Our grandchildren and their children expect to retire at 65 – but is this realistic?

Blog posted

1st August 2013

A retirement report published by insurance company Aegon at the end of July makes for uneasy, albeit realistic reading.

The report says 30% of under 24s plan to give up work by age 65 while only 13% plan to retire at 70, even though experts say 70 is a more realistic possibility.

The basic state pension age is already due to rise to 66 by 2020, to 67 by 2036 and to 68 by 2046. And these ages could rise even faster, if recent Government discussions are any indicator. 

Even as the Government was first setting these plans there was a hint of regret at not making them more radical, suggesting an eventual state pension age of 70.

While I don’t want to enter a debate about older people fit for work (of course they are – we have evidence of many retirement village residents in employment) there is a concern that the younger generation may come to resent their older working counterparts.

Committed to the workplace to help fund retirement, the older generation could inevitably become work blockers, preventing their children, grandchildren and future generations from taking specific roles or career moves. Nobody, whatever age group, wants to see this happen I’m sure.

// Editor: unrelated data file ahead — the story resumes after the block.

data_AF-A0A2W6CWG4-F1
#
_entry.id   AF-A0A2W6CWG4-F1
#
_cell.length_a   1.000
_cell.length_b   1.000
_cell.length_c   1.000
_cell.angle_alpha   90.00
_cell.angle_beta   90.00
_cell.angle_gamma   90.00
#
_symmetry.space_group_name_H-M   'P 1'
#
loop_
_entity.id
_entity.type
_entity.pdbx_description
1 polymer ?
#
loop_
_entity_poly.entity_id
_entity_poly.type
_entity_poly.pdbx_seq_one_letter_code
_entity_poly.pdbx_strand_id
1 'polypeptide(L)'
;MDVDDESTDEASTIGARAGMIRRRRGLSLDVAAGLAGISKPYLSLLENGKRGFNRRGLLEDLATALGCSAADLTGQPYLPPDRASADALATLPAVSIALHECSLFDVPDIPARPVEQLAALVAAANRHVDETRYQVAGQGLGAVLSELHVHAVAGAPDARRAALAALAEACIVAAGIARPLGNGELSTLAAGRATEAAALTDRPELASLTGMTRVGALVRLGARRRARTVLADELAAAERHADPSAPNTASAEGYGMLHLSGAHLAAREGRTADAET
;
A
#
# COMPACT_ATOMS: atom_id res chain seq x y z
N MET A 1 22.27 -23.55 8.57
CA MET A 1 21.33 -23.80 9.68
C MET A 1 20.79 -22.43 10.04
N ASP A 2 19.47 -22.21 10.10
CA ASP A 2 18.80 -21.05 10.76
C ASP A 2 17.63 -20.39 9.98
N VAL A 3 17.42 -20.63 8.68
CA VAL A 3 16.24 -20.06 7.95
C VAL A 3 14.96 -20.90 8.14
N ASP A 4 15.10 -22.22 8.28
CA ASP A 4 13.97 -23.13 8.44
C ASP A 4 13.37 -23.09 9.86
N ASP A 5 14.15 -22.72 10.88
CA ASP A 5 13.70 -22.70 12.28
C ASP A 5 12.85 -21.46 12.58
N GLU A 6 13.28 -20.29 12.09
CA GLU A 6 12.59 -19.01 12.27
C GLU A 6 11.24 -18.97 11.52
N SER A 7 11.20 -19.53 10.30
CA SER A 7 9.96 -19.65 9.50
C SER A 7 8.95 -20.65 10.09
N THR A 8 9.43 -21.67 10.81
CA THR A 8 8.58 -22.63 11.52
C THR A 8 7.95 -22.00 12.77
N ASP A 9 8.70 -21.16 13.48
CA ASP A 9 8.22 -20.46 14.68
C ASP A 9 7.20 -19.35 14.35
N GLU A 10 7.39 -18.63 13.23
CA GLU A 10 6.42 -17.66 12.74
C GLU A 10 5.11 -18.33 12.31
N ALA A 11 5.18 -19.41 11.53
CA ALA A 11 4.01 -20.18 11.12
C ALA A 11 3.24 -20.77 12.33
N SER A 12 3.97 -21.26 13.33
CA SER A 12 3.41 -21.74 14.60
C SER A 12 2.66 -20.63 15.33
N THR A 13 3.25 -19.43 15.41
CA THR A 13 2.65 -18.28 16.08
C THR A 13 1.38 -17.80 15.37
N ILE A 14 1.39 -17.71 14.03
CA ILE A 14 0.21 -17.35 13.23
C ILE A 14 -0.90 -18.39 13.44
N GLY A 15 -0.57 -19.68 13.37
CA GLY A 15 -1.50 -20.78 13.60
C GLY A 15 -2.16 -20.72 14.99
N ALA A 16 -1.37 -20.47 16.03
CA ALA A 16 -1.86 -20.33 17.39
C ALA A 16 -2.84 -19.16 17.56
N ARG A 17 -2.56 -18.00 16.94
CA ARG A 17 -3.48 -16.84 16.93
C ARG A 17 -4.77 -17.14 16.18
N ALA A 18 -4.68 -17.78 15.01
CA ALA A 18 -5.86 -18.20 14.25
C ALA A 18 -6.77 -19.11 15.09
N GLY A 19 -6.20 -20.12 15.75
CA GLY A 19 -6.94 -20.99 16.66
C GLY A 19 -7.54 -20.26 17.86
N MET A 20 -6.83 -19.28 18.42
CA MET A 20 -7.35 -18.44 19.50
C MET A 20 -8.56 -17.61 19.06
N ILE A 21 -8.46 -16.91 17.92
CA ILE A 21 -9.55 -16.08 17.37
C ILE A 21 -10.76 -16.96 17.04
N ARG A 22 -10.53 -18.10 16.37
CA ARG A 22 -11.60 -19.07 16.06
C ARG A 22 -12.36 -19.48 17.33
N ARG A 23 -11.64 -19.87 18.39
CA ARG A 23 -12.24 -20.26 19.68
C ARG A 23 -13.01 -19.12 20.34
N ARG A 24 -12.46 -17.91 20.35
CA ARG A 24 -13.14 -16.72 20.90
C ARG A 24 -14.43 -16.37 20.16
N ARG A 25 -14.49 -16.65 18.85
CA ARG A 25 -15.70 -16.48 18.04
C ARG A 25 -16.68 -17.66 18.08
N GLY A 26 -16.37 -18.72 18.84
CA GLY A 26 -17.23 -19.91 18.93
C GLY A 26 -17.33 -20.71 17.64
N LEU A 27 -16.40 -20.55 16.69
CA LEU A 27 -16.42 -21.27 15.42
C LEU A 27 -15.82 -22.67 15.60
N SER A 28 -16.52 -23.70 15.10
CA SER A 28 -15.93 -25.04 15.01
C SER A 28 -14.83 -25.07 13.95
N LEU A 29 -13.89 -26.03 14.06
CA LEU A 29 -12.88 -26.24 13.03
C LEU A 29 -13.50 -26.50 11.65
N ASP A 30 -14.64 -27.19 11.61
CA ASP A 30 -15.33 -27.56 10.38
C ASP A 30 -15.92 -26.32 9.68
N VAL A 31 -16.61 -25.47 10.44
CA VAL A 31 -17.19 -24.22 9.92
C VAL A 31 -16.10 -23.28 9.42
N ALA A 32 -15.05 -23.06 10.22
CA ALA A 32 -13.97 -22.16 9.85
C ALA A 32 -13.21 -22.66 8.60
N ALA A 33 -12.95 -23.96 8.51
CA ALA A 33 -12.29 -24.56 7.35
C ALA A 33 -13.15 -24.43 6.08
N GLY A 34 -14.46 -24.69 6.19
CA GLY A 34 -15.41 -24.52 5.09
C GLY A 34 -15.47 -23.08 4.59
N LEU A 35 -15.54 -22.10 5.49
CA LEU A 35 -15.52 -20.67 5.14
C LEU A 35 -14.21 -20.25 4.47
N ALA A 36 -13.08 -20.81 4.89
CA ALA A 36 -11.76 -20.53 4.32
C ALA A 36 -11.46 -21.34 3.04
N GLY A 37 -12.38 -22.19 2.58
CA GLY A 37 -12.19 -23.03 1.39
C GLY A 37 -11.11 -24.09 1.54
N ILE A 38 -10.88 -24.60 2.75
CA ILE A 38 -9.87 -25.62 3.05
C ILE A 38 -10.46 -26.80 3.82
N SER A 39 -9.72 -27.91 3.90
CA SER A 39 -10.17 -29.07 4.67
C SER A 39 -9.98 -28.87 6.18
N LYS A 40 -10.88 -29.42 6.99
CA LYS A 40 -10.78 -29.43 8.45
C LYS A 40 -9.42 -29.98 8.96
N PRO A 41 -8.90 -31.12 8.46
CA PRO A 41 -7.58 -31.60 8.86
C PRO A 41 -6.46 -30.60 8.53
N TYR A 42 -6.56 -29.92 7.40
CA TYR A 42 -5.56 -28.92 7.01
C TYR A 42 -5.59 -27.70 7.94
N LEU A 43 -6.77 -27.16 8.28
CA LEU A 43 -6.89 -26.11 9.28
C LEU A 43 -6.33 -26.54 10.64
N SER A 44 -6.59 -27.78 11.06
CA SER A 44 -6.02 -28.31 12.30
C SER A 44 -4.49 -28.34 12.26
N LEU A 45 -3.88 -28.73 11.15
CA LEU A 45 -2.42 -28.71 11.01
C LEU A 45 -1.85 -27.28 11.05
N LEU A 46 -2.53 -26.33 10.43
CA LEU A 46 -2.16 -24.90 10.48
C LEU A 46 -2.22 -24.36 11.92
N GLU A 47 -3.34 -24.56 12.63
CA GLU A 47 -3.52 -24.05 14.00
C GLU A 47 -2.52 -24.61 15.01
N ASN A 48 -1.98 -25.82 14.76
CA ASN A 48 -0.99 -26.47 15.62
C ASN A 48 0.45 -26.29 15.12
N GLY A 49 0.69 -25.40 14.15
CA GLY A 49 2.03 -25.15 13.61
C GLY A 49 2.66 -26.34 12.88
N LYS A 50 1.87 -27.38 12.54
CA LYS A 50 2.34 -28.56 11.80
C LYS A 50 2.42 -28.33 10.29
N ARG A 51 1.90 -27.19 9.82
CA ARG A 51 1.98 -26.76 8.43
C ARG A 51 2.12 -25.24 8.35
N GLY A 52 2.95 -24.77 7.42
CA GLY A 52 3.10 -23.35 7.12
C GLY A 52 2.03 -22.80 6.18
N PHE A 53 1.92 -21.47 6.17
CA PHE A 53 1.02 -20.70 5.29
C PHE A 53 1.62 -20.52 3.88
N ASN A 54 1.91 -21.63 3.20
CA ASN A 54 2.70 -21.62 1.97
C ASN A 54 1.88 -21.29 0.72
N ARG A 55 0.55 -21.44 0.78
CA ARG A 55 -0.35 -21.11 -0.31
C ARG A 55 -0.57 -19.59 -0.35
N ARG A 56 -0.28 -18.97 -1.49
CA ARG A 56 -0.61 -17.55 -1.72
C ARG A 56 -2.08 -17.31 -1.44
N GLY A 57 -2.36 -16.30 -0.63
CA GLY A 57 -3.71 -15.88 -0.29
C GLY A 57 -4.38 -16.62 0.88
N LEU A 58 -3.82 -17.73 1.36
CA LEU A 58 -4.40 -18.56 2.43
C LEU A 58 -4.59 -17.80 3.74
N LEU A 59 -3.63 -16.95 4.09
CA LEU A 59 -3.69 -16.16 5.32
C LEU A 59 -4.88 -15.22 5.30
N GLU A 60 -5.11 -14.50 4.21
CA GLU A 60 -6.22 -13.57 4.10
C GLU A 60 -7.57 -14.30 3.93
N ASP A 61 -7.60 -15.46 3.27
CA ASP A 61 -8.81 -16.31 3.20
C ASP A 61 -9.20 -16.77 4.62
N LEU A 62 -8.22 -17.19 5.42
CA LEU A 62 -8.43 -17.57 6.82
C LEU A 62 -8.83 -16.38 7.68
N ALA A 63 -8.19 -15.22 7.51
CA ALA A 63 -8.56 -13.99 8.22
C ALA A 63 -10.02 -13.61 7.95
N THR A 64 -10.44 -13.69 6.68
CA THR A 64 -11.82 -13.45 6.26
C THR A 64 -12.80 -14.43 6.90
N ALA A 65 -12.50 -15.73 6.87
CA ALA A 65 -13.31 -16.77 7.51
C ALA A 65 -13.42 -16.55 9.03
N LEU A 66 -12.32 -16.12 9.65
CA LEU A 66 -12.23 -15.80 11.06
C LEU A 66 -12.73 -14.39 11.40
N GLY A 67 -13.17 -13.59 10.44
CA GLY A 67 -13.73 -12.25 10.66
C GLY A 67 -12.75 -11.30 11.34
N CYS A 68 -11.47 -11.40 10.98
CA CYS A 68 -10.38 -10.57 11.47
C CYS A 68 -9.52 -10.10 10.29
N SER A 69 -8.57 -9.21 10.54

There is speculation that this issue could resolve itself naturally with the rapid rising life expectancy potentially likely to plateau as the healthy war years generations make way for a population who lead less healthy lifestyles. This prediction is based purely on conjecture at this stage so we can’t start building policies around it.

In the meantime, we have a social conundrum to contend with. And the answer seems to be to keep increasing the state pension age. Possibly forewarning and educating the younger generations of potentially what lies ahead might be advisable too, hence the value of such reports as Aegon’s

Is there an ideal retirement age? Our retirement village residents share a wide range of retirement dates, so is there really a ‘best’ age to stop work? And is there anything else the Government can do to address this situation, over and above what’s already proposed?

Sarah Burgess
Sales and Marketing Director